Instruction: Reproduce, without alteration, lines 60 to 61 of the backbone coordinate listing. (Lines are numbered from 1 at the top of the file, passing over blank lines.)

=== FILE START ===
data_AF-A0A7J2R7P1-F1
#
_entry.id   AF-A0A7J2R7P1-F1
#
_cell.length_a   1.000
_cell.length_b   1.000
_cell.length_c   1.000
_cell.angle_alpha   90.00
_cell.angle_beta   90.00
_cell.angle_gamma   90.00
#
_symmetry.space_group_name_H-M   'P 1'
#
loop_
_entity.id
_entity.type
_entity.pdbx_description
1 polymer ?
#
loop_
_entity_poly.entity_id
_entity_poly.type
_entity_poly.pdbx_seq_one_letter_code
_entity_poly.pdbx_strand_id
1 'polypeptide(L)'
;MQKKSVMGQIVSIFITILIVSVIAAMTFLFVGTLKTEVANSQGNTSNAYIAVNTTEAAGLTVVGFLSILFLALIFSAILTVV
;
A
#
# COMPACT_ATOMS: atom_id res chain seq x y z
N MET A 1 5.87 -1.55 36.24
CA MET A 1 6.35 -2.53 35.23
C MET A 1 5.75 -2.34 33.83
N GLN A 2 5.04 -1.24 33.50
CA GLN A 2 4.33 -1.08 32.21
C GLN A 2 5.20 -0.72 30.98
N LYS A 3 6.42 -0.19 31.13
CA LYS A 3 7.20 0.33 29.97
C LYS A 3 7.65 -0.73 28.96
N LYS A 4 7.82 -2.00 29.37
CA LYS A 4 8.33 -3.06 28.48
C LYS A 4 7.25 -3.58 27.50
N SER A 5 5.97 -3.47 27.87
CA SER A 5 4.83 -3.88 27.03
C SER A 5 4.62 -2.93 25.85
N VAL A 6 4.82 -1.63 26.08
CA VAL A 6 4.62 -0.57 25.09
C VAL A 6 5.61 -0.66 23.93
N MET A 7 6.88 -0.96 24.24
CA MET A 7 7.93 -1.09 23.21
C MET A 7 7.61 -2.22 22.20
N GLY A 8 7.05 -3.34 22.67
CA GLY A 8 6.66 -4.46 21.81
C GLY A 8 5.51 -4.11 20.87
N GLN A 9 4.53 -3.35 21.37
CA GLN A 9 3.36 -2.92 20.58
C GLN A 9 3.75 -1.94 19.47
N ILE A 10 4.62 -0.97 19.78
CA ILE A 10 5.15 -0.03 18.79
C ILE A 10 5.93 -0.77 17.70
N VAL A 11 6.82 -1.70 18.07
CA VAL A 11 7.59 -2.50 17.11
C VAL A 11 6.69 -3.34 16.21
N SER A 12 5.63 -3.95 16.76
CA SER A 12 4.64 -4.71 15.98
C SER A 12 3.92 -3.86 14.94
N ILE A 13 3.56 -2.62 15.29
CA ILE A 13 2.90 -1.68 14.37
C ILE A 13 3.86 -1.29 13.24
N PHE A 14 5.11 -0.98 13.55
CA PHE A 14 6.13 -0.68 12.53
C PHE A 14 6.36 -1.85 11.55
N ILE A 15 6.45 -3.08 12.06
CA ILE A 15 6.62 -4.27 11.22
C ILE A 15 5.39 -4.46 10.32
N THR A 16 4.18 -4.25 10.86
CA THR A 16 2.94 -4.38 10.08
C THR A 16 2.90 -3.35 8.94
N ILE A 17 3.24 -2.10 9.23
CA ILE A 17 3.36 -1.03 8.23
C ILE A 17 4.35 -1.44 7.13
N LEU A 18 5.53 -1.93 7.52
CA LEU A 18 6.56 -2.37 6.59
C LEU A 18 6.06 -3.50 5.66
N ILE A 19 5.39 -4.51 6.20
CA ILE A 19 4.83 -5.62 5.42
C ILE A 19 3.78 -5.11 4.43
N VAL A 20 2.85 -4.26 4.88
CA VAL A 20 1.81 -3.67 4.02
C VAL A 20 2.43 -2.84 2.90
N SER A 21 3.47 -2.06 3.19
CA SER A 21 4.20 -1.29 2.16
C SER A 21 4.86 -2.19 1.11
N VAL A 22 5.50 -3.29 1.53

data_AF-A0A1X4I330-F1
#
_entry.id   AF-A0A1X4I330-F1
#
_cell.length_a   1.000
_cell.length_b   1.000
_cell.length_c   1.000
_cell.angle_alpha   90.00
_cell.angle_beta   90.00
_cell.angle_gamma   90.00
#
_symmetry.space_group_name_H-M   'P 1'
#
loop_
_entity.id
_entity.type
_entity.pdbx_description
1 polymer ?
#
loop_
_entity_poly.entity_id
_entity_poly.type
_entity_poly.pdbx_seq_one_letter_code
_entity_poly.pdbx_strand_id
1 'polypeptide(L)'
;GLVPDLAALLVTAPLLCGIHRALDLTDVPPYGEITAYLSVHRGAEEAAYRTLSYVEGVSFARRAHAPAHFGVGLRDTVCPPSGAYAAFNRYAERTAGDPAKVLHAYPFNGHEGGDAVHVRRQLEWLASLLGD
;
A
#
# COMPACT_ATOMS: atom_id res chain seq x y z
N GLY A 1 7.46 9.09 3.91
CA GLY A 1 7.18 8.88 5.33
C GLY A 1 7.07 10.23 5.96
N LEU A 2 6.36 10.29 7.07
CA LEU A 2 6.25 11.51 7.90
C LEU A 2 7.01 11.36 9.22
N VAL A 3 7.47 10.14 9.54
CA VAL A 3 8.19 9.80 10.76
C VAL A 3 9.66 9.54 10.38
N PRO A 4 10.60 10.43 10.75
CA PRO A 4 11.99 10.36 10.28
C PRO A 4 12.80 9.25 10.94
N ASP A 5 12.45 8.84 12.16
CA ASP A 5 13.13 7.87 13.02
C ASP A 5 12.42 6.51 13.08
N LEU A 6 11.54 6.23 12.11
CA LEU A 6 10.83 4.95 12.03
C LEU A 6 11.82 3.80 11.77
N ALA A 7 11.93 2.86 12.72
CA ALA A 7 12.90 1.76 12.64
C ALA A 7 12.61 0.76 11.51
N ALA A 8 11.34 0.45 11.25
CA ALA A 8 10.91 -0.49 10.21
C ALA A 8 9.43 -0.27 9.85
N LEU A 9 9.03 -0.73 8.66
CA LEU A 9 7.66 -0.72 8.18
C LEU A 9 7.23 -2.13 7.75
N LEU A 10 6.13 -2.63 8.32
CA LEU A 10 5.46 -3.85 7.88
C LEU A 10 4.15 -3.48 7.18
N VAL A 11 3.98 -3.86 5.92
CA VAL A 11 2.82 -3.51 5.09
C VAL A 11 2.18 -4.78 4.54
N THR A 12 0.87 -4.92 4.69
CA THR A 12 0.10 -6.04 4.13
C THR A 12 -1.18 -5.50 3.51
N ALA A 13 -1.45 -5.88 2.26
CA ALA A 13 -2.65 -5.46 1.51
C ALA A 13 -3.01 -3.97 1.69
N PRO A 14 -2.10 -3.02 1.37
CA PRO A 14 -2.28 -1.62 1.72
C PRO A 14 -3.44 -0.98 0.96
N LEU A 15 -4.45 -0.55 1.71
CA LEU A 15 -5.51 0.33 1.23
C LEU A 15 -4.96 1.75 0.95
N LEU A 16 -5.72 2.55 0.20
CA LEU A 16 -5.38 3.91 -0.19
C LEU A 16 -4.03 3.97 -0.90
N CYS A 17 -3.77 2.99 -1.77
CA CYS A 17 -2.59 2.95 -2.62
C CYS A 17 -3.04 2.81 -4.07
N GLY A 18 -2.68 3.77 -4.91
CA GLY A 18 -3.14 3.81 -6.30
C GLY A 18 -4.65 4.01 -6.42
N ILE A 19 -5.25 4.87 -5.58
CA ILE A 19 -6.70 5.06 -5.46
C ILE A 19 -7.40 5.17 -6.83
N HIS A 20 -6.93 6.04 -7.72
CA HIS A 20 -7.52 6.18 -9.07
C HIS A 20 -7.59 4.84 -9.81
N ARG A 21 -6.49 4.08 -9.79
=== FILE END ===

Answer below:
C ILE A 10 5.93 -0.77 17.70
N VAL A 11 6.82 -1.70 18.07